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Repeated concussions linked to degenerative brain disease

California residents may be interested in a recent university study that looked at the brains of 85 athletes with histories of concussions, and found some disturbing conclusions. They found that 80 percent of the brains that had been through a catastrophic injury had developed a disease called chronic traumatic encephalopathy, which leads to depression, memory loss and dementia.

Thirty-three former NFL players were found to have this degenerative brain disease as well as nine college football players, six high school football players, seven boxers and four NHL players. In addition, the study found that the brains of children are especially vulnerable to brain trauma due to the fact that their brains are still developing. The neurons in their brains do not have the protective coating of cells called myelin that adult brains have, so they are more vulnerable to brain damage. Also, young sports players typically play with old equipment under the supervision of less experienced coaches, exacerbating the problem.

CTE is an extremely serious disease, because this type of total brain trauma leads to chronic brain degeneration, which in turn causes mental problems in victims. A study by the Harvard Medical School found that repetitive head injuries cause potentially damaging changes in areas of the brain linked to memory and higher cognitive functions.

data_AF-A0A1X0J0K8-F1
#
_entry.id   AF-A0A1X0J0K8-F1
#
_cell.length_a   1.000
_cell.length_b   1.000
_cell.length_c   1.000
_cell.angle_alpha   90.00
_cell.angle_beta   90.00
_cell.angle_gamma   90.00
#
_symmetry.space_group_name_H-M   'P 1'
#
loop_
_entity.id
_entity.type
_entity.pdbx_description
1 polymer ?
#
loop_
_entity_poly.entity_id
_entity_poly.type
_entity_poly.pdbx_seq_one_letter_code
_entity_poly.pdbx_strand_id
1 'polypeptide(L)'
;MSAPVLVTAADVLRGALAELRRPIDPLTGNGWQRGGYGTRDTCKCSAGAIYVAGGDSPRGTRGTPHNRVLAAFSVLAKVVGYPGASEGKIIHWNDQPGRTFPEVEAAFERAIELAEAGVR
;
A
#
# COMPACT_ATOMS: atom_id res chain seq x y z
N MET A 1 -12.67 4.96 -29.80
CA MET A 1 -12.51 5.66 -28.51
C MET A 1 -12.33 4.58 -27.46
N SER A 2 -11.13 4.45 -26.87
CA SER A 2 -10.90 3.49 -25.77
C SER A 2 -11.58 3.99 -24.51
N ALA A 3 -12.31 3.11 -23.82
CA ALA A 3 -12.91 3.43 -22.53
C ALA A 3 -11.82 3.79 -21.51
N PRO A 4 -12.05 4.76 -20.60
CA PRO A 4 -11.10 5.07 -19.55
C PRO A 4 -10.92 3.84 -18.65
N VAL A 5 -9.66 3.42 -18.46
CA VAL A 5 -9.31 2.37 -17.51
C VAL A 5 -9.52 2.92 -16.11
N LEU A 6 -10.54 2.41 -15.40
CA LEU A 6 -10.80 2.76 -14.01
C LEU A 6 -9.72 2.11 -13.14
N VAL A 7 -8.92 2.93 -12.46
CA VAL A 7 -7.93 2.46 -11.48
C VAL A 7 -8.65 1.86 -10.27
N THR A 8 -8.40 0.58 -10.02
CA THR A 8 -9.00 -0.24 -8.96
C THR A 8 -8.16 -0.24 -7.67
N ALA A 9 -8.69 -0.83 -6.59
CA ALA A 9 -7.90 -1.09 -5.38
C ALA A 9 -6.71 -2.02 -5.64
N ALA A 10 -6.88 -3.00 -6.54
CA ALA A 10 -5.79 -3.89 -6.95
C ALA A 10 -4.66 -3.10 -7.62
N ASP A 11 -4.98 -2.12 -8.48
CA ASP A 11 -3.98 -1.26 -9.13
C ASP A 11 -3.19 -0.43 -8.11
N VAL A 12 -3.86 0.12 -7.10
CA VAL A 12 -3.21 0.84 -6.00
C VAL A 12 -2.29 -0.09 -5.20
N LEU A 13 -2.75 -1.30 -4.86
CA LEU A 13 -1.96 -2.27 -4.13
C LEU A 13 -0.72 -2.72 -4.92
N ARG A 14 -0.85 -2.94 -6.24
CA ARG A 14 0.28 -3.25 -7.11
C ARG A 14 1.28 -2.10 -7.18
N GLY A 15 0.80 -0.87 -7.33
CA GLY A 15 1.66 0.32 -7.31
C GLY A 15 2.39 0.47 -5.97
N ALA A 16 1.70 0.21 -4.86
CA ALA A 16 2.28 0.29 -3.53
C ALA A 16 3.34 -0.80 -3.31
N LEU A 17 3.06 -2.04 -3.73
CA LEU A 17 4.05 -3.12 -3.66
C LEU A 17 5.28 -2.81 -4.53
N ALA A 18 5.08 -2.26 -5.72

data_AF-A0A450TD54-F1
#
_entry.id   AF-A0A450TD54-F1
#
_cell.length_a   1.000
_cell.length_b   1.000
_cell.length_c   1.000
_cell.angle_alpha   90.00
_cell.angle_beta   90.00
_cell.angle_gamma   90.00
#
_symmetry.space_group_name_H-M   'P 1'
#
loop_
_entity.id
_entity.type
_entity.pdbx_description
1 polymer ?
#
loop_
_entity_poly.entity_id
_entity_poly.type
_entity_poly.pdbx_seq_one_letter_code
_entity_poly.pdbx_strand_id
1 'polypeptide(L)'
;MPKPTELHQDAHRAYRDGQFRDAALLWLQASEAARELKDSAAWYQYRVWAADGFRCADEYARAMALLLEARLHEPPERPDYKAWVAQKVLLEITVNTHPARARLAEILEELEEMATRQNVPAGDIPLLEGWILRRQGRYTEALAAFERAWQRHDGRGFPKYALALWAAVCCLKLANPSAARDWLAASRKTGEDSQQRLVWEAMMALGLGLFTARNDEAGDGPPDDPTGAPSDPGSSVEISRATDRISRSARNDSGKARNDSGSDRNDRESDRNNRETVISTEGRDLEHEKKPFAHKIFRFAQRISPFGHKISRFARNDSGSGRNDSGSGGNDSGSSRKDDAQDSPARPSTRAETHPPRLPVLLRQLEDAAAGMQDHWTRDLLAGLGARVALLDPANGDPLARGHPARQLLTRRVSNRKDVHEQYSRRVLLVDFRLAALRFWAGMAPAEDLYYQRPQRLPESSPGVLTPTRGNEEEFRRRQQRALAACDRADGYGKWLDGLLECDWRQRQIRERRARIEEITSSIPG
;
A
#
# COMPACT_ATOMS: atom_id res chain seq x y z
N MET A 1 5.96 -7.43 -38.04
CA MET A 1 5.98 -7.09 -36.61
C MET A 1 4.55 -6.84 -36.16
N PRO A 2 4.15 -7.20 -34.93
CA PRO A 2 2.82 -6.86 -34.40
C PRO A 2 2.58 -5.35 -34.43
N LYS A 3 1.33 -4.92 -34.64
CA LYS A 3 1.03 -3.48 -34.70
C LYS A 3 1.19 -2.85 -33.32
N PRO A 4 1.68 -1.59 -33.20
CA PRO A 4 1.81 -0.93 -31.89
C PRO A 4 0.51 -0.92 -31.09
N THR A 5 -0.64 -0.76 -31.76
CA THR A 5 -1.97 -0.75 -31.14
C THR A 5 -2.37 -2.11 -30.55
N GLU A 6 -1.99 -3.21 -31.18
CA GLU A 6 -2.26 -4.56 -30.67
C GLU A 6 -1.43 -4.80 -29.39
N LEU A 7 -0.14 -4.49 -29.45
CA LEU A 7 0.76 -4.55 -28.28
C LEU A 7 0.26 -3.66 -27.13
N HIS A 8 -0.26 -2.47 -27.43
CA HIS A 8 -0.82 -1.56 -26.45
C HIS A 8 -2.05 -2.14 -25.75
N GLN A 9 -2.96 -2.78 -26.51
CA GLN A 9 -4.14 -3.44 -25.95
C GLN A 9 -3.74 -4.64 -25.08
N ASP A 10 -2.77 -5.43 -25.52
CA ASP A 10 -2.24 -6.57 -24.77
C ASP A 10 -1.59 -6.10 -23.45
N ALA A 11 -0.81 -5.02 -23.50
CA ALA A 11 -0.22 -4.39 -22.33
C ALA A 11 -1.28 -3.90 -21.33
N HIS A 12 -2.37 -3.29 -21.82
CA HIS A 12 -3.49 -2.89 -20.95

There is a proposed solution in that the Shockbox sensor, a type of sensor currently used by the military to detect concussions in soldiers, will soon be available for commercial use. This sensor would be mounted on the helmets of athletes and transmit data to the coach's tablet. The data would inform him or her that the athlete possibly suffered a concussion. The coach would then have the ability to take the player off the field if necessary. This could help reduce the recurrence of concussions.

While preventive measures are certainly welcome, for many brain injury victims they will be arriving too late. Californians affected by CTE or their families should consider consulting with a legal professional to review their case and discuss their legal rights and options regarding a claim for damages.

Source: Men's Health News, "Are You Putting Your Brain on the Front Lines?," Scott Rosenfield, Feb. 13, 2013

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